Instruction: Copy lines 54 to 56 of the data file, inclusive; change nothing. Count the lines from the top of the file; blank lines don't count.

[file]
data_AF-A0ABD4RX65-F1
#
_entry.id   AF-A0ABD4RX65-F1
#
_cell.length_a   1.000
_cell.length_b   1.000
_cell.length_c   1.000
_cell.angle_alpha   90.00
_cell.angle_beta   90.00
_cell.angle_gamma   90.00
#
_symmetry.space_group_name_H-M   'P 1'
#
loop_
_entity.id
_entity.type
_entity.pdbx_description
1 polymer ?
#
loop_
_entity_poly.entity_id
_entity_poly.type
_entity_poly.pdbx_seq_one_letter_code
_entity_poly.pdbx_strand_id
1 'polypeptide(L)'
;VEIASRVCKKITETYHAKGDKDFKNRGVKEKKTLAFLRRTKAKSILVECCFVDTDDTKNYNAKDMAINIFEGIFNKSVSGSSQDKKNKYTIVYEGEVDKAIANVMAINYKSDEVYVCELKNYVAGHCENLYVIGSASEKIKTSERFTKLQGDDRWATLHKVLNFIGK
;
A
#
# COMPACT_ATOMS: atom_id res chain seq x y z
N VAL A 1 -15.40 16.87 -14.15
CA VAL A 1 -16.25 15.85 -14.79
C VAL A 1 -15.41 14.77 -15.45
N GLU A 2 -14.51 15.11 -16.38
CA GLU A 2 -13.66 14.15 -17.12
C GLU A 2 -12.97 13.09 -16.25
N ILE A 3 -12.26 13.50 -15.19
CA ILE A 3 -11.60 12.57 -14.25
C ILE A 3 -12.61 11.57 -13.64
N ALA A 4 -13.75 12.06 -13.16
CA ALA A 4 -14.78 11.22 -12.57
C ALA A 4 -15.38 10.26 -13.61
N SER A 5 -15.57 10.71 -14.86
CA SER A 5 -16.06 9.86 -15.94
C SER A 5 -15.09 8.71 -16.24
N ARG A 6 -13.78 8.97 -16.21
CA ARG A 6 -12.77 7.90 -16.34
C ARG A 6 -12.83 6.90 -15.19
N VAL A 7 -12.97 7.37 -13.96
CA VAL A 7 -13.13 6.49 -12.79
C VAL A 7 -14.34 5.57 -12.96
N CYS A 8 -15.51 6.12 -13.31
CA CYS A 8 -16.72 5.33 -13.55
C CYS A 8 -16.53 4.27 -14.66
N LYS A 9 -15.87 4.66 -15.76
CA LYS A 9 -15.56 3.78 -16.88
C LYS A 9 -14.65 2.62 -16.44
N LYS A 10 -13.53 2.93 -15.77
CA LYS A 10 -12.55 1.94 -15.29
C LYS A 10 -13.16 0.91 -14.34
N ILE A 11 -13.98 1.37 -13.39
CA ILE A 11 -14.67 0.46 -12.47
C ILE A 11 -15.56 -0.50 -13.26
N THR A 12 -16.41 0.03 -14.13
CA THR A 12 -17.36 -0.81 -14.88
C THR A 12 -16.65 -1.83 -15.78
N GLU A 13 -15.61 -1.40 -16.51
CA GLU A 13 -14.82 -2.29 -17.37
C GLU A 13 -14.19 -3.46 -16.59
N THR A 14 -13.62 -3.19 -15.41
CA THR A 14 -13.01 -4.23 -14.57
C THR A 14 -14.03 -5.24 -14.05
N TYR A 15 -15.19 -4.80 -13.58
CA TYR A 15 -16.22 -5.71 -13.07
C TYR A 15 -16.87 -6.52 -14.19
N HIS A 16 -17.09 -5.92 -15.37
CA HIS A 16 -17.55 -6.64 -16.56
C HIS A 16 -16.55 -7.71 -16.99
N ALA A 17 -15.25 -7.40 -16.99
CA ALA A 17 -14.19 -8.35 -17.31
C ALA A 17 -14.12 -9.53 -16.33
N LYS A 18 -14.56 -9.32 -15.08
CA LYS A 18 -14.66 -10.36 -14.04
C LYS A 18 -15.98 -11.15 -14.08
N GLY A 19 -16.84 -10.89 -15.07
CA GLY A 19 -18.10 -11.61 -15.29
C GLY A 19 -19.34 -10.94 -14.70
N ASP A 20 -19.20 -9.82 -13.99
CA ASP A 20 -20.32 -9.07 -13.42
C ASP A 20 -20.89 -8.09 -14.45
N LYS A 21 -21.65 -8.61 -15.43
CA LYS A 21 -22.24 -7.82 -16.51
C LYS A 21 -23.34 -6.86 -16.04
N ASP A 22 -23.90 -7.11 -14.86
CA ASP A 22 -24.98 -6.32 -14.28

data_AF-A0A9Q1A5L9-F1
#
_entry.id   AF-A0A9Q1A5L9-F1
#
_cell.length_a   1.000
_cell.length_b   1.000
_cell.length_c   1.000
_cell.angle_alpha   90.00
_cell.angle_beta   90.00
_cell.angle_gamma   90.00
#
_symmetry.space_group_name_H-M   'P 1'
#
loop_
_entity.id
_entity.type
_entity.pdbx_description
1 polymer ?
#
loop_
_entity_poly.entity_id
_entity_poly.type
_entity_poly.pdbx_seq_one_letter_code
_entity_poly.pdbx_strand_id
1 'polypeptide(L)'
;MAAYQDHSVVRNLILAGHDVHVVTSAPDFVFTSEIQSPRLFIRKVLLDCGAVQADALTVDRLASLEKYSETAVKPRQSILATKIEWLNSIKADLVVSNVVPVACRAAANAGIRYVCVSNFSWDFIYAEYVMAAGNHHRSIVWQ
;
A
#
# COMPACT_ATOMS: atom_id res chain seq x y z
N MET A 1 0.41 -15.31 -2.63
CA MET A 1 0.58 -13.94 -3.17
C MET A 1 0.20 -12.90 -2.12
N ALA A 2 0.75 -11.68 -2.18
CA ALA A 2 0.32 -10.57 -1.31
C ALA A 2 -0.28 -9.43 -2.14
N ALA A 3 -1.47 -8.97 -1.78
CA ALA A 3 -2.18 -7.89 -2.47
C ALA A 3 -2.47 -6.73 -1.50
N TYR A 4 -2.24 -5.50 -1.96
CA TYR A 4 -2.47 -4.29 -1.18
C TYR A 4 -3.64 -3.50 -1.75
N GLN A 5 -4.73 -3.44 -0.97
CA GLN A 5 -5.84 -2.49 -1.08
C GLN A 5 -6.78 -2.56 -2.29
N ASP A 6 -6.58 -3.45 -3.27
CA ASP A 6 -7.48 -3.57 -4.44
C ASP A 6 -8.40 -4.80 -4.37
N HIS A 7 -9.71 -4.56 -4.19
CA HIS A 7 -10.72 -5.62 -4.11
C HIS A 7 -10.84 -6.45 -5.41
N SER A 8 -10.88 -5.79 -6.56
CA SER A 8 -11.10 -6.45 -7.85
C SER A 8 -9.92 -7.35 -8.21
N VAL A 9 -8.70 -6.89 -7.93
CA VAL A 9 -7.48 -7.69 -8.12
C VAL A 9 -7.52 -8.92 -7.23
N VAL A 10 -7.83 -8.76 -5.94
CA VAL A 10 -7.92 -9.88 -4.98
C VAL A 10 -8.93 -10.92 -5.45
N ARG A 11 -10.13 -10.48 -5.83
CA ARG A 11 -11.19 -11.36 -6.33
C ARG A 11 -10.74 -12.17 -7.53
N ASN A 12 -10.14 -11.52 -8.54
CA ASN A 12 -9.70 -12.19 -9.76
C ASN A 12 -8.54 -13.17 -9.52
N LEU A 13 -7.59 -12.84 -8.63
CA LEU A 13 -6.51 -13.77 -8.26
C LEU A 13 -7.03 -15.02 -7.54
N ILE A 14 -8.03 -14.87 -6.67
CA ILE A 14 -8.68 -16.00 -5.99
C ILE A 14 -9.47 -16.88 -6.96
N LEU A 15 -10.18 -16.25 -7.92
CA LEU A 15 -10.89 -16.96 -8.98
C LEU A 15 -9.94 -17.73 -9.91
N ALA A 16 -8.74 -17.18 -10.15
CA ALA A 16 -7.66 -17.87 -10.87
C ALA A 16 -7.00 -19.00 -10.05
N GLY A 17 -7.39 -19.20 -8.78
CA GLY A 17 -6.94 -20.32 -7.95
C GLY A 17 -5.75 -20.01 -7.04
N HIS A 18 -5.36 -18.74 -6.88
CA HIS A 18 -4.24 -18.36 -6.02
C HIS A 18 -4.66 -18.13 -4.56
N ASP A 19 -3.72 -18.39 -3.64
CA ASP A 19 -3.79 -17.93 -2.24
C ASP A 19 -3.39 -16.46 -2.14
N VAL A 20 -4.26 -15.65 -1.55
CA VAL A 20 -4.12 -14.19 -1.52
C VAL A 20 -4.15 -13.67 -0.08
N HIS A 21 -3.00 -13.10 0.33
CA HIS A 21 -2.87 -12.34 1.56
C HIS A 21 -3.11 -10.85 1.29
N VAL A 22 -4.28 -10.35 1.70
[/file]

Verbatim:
C CYS A 8 -16.53 4.27 -14.66
N LYS A 9 -15.87 4.66 -15.76
CA LYS A 9 -15.56 3.78 -16.88